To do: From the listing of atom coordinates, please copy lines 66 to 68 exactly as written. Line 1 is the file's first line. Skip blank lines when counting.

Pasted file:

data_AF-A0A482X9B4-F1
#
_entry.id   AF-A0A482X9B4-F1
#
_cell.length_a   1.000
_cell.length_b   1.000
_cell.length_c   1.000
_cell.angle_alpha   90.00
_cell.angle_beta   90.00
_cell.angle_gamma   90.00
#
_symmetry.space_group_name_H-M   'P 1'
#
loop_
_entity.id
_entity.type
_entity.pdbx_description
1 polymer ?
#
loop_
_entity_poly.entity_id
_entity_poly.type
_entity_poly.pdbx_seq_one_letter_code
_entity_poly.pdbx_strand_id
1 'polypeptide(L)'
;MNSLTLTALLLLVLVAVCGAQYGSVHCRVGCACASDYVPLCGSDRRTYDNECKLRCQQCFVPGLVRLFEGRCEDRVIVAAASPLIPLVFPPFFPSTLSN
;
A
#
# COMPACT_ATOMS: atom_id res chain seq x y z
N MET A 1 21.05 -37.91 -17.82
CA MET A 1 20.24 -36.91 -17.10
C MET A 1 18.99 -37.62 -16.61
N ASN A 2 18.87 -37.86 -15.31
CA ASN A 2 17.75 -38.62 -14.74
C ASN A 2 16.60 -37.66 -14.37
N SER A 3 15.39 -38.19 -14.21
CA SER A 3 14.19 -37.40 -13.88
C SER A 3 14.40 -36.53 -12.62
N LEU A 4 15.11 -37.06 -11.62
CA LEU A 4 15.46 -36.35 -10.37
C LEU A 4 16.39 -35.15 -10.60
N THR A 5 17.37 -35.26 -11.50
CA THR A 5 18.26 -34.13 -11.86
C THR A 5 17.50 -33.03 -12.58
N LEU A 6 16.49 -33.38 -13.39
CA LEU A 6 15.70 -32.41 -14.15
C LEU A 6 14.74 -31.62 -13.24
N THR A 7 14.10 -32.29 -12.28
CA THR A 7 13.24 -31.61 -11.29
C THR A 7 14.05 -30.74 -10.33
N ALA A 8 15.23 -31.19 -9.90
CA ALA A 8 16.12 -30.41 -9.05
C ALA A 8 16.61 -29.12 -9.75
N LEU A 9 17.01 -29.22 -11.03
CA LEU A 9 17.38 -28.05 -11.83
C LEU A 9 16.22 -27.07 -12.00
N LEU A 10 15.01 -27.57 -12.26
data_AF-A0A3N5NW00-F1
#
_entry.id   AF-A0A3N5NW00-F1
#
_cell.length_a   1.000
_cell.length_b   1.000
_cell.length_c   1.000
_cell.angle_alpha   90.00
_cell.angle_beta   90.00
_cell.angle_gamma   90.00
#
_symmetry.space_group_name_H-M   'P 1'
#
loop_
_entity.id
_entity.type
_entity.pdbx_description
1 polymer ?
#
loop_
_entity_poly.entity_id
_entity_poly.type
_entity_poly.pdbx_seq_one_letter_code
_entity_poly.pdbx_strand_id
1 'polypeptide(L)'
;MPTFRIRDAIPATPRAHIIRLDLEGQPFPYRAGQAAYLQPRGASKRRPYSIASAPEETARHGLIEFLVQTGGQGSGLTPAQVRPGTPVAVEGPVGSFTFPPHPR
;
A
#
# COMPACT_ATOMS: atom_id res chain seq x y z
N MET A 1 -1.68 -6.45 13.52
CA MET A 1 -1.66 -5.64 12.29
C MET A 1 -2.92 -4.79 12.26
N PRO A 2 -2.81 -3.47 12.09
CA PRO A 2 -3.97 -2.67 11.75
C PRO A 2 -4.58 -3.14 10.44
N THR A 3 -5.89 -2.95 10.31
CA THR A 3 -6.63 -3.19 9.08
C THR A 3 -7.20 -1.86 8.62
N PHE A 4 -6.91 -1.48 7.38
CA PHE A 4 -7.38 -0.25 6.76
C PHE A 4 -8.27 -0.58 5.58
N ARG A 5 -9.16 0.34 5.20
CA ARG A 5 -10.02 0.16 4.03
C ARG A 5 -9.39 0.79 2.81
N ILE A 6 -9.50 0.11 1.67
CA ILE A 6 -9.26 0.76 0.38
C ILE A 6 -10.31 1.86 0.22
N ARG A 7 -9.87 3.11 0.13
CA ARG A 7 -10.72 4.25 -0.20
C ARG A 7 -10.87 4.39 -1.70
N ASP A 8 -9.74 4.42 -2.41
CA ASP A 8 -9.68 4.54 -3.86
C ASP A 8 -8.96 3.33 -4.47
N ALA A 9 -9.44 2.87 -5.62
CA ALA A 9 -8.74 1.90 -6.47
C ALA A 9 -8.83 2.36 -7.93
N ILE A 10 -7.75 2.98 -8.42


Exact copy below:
_cell.angle_alpha   90.00
_cell.angle_beta   90.00
_cell.angle_gamma   90.00